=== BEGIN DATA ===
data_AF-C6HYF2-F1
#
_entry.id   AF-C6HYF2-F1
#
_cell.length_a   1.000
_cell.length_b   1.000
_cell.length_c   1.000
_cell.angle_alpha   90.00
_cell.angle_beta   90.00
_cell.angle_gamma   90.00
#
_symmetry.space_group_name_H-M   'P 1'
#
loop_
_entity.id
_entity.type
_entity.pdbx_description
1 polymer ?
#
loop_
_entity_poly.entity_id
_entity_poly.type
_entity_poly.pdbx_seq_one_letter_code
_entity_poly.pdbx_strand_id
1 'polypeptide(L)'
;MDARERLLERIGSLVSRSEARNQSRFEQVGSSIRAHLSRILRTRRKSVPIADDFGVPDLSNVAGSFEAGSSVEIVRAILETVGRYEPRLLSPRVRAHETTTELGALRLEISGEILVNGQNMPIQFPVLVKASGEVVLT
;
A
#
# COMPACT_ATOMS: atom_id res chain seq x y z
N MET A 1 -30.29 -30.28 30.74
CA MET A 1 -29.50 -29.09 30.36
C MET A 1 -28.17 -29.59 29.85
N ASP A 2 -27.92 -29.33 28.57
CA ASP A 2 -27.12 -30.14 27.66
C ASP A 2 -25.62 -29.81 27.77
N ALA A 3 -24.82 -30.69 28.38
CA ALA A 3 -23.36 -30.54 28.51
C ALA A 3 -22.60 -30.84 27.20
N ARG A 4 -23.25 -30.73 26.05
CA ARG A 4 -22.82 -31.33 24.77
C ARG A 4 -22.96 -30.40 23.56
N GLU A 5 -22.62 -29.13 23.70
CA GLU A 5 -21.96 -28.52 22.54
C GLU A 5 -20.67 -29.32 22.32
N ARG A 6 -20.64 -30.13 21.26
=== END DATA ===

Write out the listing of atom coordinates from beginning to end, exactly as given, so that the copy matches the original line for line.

data_AF-C6HYF2-F1
#
_entry.id   AF-C6HYF2-F1
#
_cell.length_a   1.000
_cell.length_b   1.000
_cell.length_c   1.000
_cell.angle_alpha   90.00
_cell.angle_beta   90.00
_cell.angle_gamma   90.00
#
_symmetry.space_group_name_H-M   'P 1'
#
loop_
_entity.id
_entity.type
_entity.pdbx_description
1 polymer ?
#
loop_
_entity_poly.entity_id
_entity_poly.type
_entity_poly.pdbx_seq_one_letter_code
_entity_poly.pdbx_strand_id
1 'polypeptide(L)'
;MDARERLLERIGSLVSRSEARNQSRFEQVGSSIRAHLSRILRTRRKSVPIADDFGVPDLSNVAGSFEAGSSVEIVRAILETVGRYEPRLLSPRVRAHETTTELGALRLEISGEILVNGQNMPIQFPVLVKASGEVVLT
;
A
#
# COMPACT_ATOMS: atom_id res chain seq x y z
N MET A 1 -30.29 -30.28 30.74
CA MET A 1 -29.50 -29.09 30.36
C MET A 1 -28.17 -29.59 29.85
N ASP A 2 -27.92 -29.33 28.57
CA ASP A 2 -27.12 -30.14 27.66
C ASP A 2 -25.62 -29.81 27.77
N ALA A 3 -24.82 -30.69 28.38
CA ALA A 3 -23.36 -30.54 28.51
C ALA A 3 -22.60 -30.84 27.20
N ARG A 4 -23.25 -30.73 26.05
CA ARG A 4 -22.82 -31.33 24.77
C ARG A 4 -22.96 -30.40 23.56
N GLU A 5 -22.62 -29.13 23.70
CA GLU A 5 -21.96 -28.52 22.54
C GLU A 5 -20.67 -29.32 22.32
N ARG A 6 -20.64 -30.13 21.26